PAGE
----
The Falling Man: An Interview with Henry Singer
AP Photo/Richard Drew
In 2006 Henry Singer produced and directed The Falling Man, a 90 minute documentary for Channel 4 Television in the UK. The film was screened in over 30 countries and was nominated for an International Emmy in 2006.
The film is based on an article by Tom Junod that appeared in Esquire Magazine on September 2003. The article was nominated for a National Magazine Award.
Richard Drew, who took the photograph of the Falling Man is a veteran war photographer for the AP.
The following is an interview with Henry Singer. It took place on September 4, 2011. It has been condensed and edited.
Adam Harrison Levy:
9/11 was the most photographed and videotaped day in history. Out of all of these images why is The Falling Man so memorable?
What is extraordinary beyond the graphic composition of this image — the parallel lines, the light on one of the towers — is the fact that the Falling Man, as he has come to be known, looks so composed. It’s the most horrific moment but there is a calmness to the image. And I think this is one of the reasons why it is so memorable. It captures the last moments of somebody’s life but it does so in a way that is peaceful and beautiful at the same time. That is one of the many reasons why it has burned itself into the consciousness of anybody who has looked at it.
AHL: Why did you make a film about this particular photograph?
HS: Because it essentially disappeared. It ran in many newspapers on the day after 9/11. In the film we go to a newspaper called the Morning Call in Allentown Pennsylvania. In the film, the photo editor, Naomi Halperin, talks about how striking the image was. There were so many images coming across the wire that day but this one stood out for her because it encapsulated the horror of the day. And yet at that paper, and across the country, there was an outcry from the readership saying how could you publish an image like this? This is offensive, our children could have looked at it, and a result the image basically disappeared from sight. It became a charged image very quickly and it disappeared from sight very quickly. One of the questions the film asks is why did the image disappear? What was it about this image that Americans found so distasteful? There was a kind of censorship that played itself out across the country and that made it an interesting topic for a film.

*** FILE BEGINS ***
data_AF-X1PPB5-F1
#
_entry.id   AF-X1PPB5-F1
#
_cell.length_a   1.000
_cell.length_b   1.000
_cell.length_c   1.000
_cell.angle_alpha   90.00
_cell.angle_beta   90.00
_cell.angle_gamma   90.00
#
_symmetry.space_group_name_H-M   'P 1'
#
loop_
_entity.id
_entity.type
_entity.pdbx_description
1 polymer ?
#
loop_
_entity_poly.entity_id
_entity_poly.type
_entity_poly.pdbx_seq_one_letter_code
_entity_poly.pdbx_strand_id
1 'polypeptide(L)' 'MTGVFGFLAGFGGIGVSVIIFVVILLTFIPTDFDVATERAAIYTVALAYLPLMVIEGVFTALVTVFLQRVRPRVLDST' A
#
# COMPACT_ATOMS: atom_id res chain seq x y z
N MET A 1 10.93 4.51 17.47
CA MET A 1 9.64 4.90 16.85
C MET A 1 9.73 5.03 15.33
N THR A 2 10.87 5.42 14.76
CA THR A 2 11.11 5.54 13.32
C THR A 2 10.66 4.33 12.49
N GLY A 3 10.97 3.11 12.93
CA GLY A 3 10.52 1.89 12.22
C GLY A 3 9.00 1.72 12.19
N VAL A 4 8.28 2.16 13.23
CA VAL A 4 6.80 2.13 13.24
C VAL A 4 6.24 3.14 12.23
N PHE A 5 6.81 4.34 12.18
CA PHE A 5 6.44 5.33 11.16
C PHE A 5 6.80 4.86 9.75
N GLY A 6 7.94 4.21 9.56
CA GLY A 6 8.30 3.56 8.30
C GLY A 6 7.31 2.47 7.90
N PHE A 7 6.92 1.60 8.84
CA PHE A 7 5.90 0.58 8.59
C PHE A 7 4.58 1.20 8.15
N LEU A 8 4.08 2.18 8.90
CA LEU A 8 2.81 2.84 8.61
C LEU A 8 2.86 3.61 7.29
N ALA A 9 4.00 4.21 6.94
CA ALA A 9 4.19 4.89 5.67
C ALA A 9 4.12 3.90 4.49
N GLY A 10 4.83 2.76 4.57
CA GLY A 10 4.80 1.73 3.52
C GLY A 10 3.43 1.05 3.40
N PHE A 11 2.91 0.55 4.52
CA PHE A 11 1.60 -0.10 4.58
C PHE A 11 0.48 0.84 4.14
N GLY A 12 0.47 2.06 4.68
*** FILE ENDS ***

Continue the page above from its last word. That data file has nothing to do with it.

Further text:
AHL: Do you think it’s important to look at this image now?
HS: I think it’s crucial to look at the image. I remember going to see the president of NBC news to see if he would be a potential contributor in the film. I was in the UK on 9/11, where I live, and I watched the BBC coverage. On the BBC you did see people falling before the towers came down. American networks didn’t show this. And I was curious to ask the NBC executive why not? And he said they didn’t want to subject their audience to that.
But I think to really understand the horror of that day you have to include that kind of imagery. Its similar to showing caskets of soldiers who have died in Iraq and Afghanistan. You can’t turn away. The only way we can understand the world — and part of the world is the horror of the world — is to be a witness to these images.
AHL: The majority of the images in the days following the attack were of the first responders, especially the firemen. Those photographs seemed to overwhelm more complicated images like The Falling Man.
HS: I think that’s true. A culture like the United States prides itself on triumph, on winning, on overcoming the odds, on the myth of the city on the hill. It’s a kind of culture — and I say this as someone who grew up in the States and who now lives in Europe — that has to find some form of triumph in the face of a horrific event. And that’s where the firefighters come in. I have to add that is what most cultures do in the face of a horrific event. I think its part of our nature as human beings to wrest redemption from any event like this. Otherwise it becomes impossible to bear.
It is no question that the firefighters became the story that Americans told themselves. And as Tom Junod succinctly puts it in the film an image like the Falling Man, and the reality of the jumpers themselves, just didn’t fit that narrative. It’s very hard to frame them as something that is triumphant.
AHL: But one of the interviewees, whose wife was probably a jumper, says that he admired the fact that she took control of her life and decided to jump — that he imagined it must have felt like flying. That’s a generous and accepting way to interpret her act and the image.
HS: I found that sentiment by Jack Gentul extraordinary — the idea of flying from the smoke and the heat, to be out in the air. It’s a very redemptive thing. It embodies the complex emotions that you feel when you look at that image. But it seems that the culture at large is still resistant to accepting those kinds of complicated emotions. You can’t help but ask yourself “what would I do in that situation?”
The irony is that I don’t know how many people were in a position to make that conscious choice. If you look at some of the other photos from that day you’ll see that people are stacked up at those windows and there is no question that people would have slid out or were pushed out by mistake. Some people would have been blown out by the force of the explosion, other may have been overcome by smoke and run instinctively to get air. I always describe the photograph as someone who jumped or fell from the World Trade Center because we will never know exactly how many people actually took that conscious choice to jump off the ledge.
AHL: Is it important of us to know the identity of the Falling Man?
HS: I don’t think so. I completely understand the motivation in trying to identify who he was. Different kinds of truths would have emerged if we could have identified who he was. There is no question that when you look at it you are curious to know. And if we could with 100% accuracy identity who he was, the photograph would have a different story to tell, and not an invalid story. But because we can’t categorically identify the falling man he has come to represent something like the idea of the unknown soldier. And I think that is a good thing. I think it gives the image a potency it wouldn’t otherwise have. If we knew exactly who he was he would stand for that one person. But as we don’t he stands for many.